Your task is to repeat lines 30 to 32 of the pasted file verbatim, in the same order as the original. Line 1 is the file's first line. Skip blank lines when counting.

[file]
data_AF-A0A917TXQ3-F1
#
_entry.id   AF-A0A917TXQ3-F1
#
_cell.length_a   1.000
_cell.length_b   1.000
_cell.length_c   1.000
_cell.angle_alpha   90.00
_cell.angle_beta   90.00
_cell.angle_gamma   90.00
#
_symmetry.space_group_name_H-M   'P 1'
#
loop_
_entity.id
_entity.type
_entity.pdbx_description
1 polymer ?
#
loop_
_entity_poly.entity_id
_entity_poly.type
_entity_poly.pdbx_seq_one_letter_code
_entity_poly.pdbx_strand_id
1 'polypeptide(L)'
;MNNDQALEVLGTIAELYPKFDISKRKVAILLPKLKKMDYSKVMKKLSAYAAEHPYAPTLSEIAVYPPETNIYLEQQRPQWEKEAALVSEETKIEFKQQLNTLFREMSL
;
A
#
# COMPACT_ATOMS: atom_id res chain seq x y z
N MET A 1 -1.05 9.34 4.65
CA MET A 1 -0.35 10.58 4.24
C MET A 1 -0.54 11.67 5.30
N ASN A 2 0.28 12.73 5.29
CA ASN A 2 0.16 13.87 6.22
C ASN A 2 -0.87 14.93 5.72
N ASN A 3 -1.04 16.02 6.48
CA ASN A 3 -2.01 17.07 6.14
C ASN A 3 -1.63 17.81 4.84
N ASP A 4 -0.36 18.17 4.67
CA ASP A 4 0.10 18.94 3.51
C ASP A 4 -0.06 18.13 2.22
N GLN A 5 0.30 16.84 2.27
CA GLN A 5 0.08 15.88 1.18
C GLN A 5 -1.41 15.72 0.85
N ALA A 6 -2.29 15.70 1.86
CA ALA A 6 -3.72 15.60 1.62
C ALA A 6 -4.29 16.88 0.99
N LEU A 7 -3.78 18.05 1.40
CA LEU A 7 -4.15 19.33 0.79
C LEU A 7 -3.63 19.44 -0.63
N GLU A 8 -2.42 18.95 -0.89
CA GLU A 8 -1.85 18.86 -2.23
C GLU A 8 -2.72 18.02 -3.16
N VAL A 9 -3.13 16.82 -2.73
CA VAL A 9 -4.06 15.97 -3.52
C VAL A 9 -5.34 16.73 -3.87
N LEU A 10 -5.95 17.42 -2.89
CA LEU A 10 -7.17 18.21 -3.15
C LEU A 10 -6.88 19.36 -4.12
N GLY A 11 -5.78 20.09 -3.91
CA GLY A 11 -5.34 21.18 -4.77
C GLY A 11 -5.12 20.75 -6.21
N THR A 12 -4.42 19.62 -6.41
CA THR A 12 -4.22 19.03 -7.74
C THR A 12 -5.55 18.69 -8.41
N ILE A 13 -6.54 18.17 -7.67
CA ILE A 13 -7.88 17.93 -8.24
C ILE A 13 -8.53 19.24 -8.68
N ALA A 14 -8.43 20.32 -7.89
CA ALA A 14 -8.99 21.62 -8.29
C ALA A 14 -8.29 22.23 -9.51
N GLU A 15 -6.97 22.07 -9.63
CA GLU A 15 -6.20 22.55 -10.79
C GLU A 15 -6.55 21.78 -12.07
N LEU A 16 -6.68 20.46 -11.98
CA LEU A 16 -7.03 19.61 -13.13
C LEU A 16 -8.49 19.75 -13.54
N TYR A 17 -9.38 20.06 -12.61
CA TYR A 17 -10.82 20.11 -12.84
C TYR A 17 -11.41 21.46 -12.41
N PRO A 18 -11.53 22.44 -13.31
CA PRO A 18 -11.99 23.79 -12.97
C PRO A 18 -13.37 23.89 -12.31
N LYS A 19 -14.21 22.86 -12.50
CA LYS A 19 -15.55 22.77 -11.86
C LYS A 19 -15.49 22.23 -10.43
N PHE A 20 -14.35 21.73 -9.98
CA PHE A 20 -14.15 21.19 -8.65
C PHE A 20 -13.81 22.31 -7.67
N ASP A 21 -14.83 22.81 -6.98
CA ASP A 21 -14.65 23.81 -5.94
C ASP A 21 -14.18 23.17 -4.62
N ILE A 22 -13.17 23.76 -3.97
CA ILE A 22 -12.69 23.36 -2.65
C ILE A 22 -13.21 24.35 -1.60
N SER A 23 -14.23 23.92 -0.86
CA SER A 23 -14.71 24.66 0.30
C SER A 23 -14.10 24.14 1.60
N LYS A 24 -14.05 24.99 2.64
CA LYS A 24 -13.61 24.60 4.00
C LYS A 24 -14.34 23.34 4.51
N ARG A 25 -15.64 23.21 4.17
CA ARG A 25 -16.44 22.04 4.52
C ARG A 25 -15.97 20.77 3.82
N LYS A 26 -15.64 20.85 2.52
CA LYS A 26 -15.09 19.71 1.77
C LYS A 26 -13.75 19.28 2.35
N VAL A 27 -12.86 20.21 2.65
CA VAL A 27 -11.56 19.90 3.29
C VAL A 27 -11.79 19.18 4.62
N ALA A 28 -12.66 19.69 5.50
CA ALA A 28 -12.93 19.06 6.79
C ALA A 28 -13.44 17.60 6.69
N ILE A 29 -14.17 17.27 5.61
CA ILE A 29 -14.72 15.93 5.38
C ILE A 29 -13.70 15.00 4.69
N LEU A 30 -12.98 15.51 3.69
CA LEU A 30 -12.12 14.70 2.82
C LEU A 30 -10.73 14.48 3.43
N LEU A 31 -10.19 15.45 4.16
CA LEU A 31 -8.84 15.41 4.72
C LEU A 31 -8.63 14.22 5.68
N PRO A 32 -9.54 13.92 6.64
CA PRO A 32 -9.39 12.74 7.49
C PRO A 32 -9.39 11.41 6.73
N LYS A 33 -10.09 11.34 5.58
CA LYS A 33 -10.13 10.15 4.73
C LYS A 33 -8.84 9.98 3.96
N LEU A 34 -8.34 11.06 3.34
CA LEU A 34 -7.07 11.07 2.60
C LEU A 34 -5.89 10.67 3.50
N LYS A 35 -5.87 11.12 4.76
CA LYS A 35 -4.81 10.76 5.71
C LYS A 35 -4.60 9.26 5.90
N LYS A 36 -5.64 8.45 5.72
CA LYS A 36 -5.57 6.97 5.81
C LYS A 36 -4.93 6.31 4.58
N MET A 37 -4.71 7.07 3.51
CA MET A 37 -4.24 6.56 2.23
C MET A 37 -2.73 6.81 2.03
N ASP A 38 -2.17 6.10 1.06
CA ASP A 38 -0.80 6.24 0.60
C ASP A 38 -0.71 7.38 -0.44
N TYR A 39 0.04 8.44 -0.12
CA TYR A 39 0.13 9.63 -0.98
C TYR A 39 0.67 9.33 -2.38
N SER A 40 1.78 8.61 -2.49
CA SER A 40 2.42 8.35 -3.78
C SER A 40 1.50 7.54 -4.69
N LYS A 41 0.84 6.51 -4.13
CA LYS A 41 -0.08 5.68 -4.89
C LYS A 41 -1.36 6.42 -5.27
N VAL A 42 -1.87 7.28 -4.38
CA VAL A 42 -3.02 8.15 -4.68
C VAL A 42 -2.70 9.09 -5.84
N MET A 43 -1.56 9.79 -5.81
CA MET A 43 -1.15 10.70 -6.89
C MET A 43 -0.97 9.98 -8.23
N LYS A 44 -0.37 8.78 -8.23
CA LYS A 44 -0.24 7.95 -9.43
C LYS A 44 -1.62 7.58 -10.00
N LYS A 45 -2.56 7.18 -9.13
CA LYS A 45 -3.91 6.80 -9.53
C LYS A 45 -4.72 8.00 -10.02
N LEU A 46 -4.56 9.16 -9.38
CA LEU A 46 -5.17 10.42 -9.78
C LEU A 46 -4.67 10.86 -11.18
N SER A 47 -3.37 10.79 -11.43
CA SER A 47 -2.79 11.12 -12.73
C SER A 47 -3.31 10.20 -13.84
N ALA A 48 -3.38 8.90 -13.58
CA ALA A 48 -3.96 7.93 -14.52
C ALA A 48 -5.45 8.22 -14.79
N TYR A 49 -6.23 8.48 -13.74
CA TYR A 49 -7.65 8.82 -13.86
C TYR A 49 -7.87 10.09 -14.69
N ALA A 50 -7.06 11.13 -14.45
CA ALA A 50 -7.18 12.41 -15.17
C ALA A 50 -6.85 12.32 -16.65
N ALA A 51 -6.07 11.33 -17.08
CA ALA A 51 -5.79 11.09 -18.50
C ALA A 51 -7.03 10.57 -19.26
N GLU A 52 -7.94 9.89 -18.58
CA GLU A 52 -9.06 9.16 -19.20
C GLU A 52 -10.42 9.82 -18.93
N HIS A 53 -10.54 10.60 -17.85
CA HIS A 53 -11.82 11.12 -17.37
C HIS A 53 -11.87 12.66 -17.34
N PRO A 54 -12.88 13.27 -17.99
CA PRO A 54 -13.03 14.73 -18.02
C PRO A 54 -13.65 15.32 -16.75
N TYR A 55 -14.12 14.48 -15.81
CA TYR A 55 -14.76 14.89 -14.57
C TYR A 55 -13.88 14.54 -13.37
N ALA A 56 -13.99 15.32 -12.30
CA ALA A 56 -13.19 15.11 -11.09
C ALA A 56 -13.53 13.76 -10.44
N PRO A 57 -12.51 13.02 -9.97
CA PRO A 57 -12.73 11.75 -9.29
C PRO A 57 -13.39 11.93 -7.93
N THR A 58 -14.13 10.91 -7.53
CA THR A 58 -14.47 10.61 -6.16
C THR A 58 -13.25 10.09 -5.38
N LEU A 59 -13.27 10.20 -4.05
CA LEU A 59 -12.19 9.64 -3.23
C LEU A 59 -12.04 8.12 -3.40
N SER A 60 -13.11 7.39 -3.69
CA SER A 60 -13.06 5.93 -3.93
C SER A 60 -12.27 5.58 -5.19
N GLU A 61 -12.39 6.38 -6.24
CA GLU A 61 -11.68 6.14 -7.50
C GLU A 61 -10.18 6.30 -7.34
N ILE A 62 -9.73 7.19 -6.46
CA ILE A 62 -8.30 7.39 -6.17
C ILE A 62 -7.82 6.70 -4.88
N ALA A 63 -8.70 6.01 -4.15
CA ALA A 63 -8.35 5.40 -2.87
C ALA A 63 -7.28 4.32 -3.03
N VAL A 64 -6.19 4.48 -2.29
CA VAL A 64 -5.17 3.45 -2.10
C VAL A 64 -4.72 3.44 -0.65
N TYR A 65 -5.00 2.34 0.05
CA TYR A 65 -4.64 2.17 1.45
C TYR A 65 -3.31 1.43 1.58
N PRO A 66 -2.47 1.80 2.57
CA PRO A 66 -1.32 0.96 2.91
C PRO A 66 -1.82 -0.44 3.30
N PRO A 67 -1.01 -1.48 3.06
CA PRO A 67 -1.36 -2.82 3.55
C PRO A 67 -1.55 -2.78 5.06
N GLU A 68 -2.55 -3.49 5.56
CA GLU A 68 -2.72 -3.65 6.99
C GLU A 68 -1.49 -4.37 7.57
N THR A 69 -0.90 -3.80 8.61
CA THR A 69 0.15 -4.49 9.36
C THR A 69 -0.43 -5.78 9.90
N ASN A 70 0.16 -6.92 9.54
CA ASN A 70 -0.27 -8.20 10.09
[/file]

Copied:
# COMPACT_ATOMS: atom_id res chain seq x y z
N MET A 1 -1.05 9.34 4.65
CA MET A 1 -0.35 10.58 4.24